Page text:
Route Inn Hotel

Route Inn Hotel
(Natori, Japan)

This is a part of my Sendai, Japan trip. If you want to have an overview of my entire Japan “Food Odyssey”, I suggest you start with my 7-Eleven review and follow the different links from there.

Since I got stranded for one night due to the typhoon in Japan, I needed to stay at Route Inn Hotel in Natori, the city where Sendai International Airport was located. It was only accessible by taxi if you have a lot of luggage with you, which, unfortunately, costs quite a lot, over 2000 Jpy one way. The hotel stay itself cost over 8,600 Jpy, including the booking fee by the tourist information concierge.

Jushoan

Jushoan
(Sendai Airport, Japan)

This is a part of my Sendai, Japan trip. If you want to have an overview of my entire Japan “Food Odyssey”, I suggest you start with my 7-Eleven review and follow the different links from there.

While waiting for my flight back to Manila, I opted to have a late lunch/early dinner at Jushoan. Since it’s located at Sendai International Airport, it had a translated menu on the outside and I already know what I was getting even before I stepped in. The place, while a cafe, served quite a lot of different dishes, most of them using the local specialty gyu-tan as their protein, including ramen, donburi or rice toppings, and curry rice. I’ll let you guess which one I ordered.

Bonna Luna

Bonna Luna
(Sendai, Japan)

This is a part of my Sendai, Japan trip. If you want to have an overview of my entire Japan “Food Odyssey”, I suggest you start with my 7-Eleven review and follow the different links from there.

During the “last” day of my trip to Sendai, before saying farewells to a couple of new friends I met in the Summer School, our party had brunch at Bonna Luna. This café is located at the basement of Sendai Station among many other food places there. This place was the only place that served pancakes as far as our searching goes, and since this was lenient towards dietary restrictions and didn’t have a queue, compared to the sushi and gyu(-tan) places that was commonplace, we settled here.

Tully's

Tully's
(Sendai, Japan)

This is a part of my Sendai, Japan trip. If you want to have an overview of my entire Japan “Food Odyssey”, I suggest you start with my 7-Eleven review and follow the different links from there.

During my third day in Japan, I made a small stop at Tully’s. This coffee chain is pretty much similar to Starbucks or Coffee Bean. In fact, according to Beloved, one opened up in Manila some months ago. Unfortunately, it didn’t really catch on and closed down before I managed to try it.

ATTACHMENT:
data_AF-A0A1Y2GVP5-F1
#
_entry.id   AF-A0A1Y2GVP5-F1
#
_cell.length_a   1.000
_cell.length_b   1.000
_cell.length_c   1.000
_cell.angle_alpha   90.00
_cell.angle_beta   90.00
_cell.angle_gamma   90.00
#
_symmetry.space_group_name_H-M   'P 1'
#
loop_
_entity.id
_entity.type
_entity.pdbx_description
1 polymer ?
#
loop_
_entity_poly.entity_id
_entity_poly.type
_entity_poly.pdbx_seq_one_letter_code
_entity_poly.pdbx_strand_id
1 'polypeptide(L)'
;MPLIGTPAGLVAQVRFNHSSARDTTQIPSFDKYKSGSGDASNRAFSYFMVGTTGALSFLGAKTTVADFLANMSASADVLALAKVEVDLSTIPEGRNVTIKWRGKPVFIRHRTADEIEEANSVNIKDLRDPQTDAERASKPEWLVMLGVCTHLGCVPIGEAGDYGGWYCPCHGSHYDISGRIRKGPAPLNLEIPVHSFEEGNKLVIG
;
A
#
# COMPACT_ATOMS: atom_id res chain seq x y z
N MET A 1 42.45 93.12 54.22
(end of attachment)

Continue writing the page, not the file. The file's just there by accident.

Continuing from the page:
Cafe Sweet Inspirations

Cafe Sweet Inspirations
(Katipunan)

Beloved and I had dinner at Cafe Sweet Inspirations a few weeks ago. Despite being a cafe, this is actually more famous for their all-you-can-eat Mongolian rice bowls. I’ve been a patron of this place for a good couple of decades already, as this was a go-to place while I was still residing and studying near the Diliman university belt. Since knowing about this place and since affoding to go here on my own, there’s almost never a year that passed that I haven’t been here.

Costa Coffee

Costa Coffee
(Eastwood)

Beloved and I had coffee at Costa Coffee Eastwood branch last week. This coffee chain might be my current favorite among chains, not counting “third wave” independent coffee shops or fast food coffees (which, honestly, some are not half-bad). After participating in SGD Coffee’s Coffee Appreciation Workshop, we feel more qualified to review and appreciate places that serve good coffee. For me, this imported British coffee chain that we frequent a lot is one of them.

Tim Hortons

Tim Hortons
(Cubao)

Beloved and I had a late brunch at Tim Hortons a couple of days ago. This Canadian chain is actually quite famous, and apparently, it beats McDonald’s in Canada, according to our friends there. It’s not our first time trying out the chain, actually. We’ve been to the Eastwood branch before and Beloved has been visiting this chain’s other branches quite frequently, which has been popping up all over the Metro, whenever she has the chance to. This particular branch has only recently opened at Cubao’s KIA Theatre and is actually quite close to home. In addition, it’s apparently open twenty-four hours.

Caffé La Tea

Caffé La Tea
(Anonas)

Beloved and I had dinner a couple of times this week at Caffé La Tea. This café has actually been here in Anonas quite a while and we’ve been here a good number of times already. While we do have some pictures from our previous adventures here, we decided to just revisit since it’s not really an expensive place and also not far from home, so this is like a mix between #2 and #4 from my site revival news.

Kissako Uji Matcha Cafe

Kissako Uji Matcha Cafe
(Pioneer)

As our last stop on the day we went to Tsuta and Wrong Ramen, we went to Kissako Uji Matcha Cafe. While this was no longer in Taguig, it was near Const’s workplace at Kapitolyo that he needed to pass by to. Beloved was the one who recommended this place as she’s been here before. Also, some sort of coffee or tea seemed nice, especially after the monstrosities we consumed in the previous post.

St. Marc Cafe

St. Marc Cafe
(Greenbelt)

Beloved and I had merienda at St. Marc Cafe. We’ve actually been to this place a couple of times on their Megamall branch. In addition, Beloved has already visited this particular branch by herself, so we were quite aware what this Japanese-style cafe offers. They don’t really offer traditional Japanese dishes. They have pastries, desserts, coffee, and tea—usual cafe food and beverages. However, most if not all of them has that Japanese touch, such as incorporating matcha and having an inordinate variations of parfaits.